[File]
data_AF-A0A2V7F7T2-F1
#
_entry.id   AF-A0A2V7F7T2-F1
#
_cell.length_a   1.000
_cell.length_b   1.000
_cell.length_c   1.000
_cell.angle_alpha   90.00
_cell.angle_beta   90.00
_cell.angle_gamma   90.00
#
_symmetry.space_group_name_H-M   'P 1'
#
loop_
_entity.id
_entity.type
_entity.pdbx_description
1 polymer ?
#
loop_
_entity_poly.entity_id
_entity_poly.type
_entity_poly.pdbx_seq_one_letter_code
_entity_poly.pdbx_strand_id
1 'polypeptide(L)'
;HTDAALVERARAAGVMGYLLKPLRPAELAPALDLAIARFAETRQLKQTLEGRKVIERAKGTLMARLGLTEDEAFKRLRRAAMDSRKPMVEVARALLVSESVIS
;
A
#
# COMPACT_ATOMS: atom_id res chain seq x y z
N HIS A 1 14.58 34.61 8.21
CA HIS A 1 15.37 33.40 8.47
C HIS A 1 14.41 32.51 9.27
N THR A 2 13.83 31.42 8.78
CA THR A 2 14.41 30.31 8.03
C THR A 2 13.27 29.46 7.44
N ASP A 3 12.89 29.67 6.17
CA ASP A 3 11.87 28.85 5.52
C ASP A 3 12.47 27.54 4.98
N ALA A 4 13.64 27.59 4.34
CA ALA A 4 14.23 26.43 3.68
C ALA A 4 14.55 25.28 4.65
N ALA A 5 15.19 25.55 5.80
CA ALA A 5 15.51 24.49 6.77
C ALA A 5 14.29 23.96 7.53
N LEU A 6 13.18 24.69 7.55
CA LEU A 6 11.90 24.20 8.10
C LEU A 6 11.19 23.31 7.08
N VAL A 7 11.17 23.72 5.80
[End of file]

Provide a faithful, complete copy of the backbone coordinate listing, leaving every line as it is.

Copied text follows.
data_AF-A0A2V7F7T2-F1
#
_entry.id   AF-A0A2V7F7T2-F1
#
_cell.length_a   1.000
_cell.length_b   1.000
_cell.length_c   1.000
_cell.angle_alpha   90.00
_cell.angle_beta   90.00
_cell.angle_gamma   90.00
#
_symmetry.space_group_name_H-M   'P 1'
#
loop_
_entity.id
_entity.type
_entity.pdbx_description
1 polymer ?
#
loop_
_entity_poly.entity_id
_entity_poly.type
_entity_poly.pdbx_seq_one_letter_code
_entity_poly.pdbx_strand_id
1 'polypeptide(L)'
;HTDAALVERARAAGVMGYLLKPLRPAELAPALDLAIARFAETRQLKQTLEGRKVIERAKGTLMARLGLTEDEAFKRLRRAAMDSRKPMVEVARALLVSESVIS
;
A
#
# COMPACT_ATOMS: atom_id res chain seq x y z
N HIS A 1 14.58 34.61 8.21
CA HIS A 1 15.37 33.40 8.47
C HIS A 1 14.41 32.51 9.27
N THR A 2 13.83 31.42 8.78
CA THR A 2 14.41 30.31 8.03
C THR A 2 13.27 29.46 7.44
N ASP A 3 12.89 29.67 6.17
CA ASP A 3 11.87 28.85 5.52
C ASP A 3 12.47 27.54 4.98
N ALA A 4 13.64 27.59 4.34
CA ALA A 4 14.23 26.43 3.68
C ALA A 4 14.55 25.28 4.65
N ALA A 5 15.19 25.55 5.80
CA ALA A 5 15.51 24.49 6.77
C ALA A 5 14.29 23.96 7.53
N LEU A 6 13.18 24.69 7.55
CA LEU A 6 11.90 24.20 8.10
C LEU A 6 11.19 23.31 7.08
N VAL A 7 11.17 23.72 5.80